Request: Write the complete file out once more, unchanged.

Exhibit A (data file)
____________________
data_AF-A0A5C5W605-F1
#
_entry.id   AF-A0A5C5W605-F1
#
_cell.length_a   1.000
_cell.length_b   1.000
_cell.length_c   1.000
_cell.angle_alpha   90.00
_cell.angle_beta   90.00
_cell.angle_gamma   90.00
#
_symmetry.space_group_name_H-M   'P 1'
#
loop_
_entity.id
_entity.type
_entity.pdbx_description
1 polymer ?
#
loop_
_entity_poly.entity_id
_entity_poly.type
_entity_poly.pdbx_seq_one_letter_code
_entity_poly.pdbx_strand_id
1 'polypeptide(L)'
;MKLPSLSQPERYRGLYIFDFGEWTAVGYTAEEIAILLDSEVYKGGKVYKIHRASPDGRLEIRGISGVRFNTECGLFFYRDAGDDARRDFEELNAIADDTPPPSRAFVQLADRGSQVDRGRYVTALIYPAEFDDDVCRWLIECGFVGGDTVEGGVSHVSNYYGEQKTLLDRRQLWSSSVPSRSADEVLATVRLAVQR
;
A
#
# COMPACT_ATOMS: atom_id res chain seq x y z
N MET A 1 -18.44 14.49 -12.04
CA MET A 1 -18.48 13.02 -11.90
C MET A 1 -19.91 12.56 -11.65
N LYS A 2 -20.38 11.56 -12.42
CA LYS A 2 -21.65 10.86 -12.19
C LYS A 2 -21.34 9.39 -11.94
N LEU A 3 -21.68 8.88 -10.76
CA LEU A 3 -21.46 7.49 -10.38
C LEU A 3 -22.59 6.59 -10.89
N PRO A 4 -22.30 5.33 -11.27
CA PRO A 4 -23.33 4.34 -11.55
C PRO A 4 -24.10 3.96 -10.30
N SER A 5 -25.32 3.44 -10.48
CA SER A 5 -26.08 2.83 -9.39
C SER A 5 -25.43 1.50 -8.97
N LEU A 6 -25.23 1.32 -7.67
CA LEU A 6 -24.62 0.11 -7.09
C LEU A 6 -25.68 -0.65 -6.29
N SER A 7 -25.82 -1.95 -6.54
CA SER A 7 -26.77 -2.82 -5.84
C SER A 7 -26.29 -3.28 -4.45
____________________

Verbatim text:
data_AF-A0A5C5W605-F1
#
_entry.id   AF-A0A5C5W605-F1
#
_cell.length_a   1.000
_cell.length_b   1.000
_cell.length_c   1.000
_cell.angle_alpha   90.00
_cell.angle_beta   90.00
_cell.angle_gamma   90.00
#
_symmetry.space_group_name_H-M   'P 1'
#
loop_
_entity.id
_entity.type
_entity.pdbx_description
1 polymer ?
#
loop_
_entity_poly.entity_id
_entity_poly.type
_entity_poly.pdbx_seq_one_letter_code
_entity_poly.pdbx_strand_id
1 'polypeptide(L)'
;MKLPSLSQPERYRGLYIFDFGEWTAVGYTAEEIAILLDSEVYKGGKVYKIHRASPDGRLEIRGISGVRFNTECGLFFYRDAGDDARRDFEELNAIADDTPPPSRAFVQLADRGSQVDRGRYVTALIYPAEFDDDVCRWLIECGFVGGDTVEGGVSHVSNYYGEQKTLLDRRQLWSSSVPSRSADEVLATVRLAVQR
;
A
#
# COMPACT_ATOMS: atom_id res chain seq x y z
N MET A 1 -18.44 14.49 -12.04
CA MET A 1 -18.48 13.02 -11.90
C MET A 1 -19.91 12.56 -11.65
N LYS A 2 -20.38 11.56 -12.42
CA LYS A 2 -21.65 10.86 -12.19
C LYS A 2 -21.34 9.39 -11.94
N LEU A 3 -21.68 8.88 -10.76
CA LEU A 3 -21.46 7.49 -10.38
C LEU A 3 -22.59 6.59 -10.89
N PRO A 4 -22.30 5.33 -11.27
CA PRO A 4 -23.33 4.34 -11.55
C PRO A 4 -24.10 3.96 -10.30
N SER A 5 -25.32 3.44 -10.48
CA SER A 5 -26.08 2.83 -9.39
C SER A 5 -25.43 1.50 -8.97
N LEU A 6 -25.23 1.32 -7.67
CA LEU A 6 -24.62 0.11 -7.09
C LEU A 6 -25.68 -0.65 -6.29
N SER A 7 -25.82 -1.95 -6.54
CA SER A 7 -26.77 -2.82 -5.84
C SER A 7 -26.29 -3.28 -4.45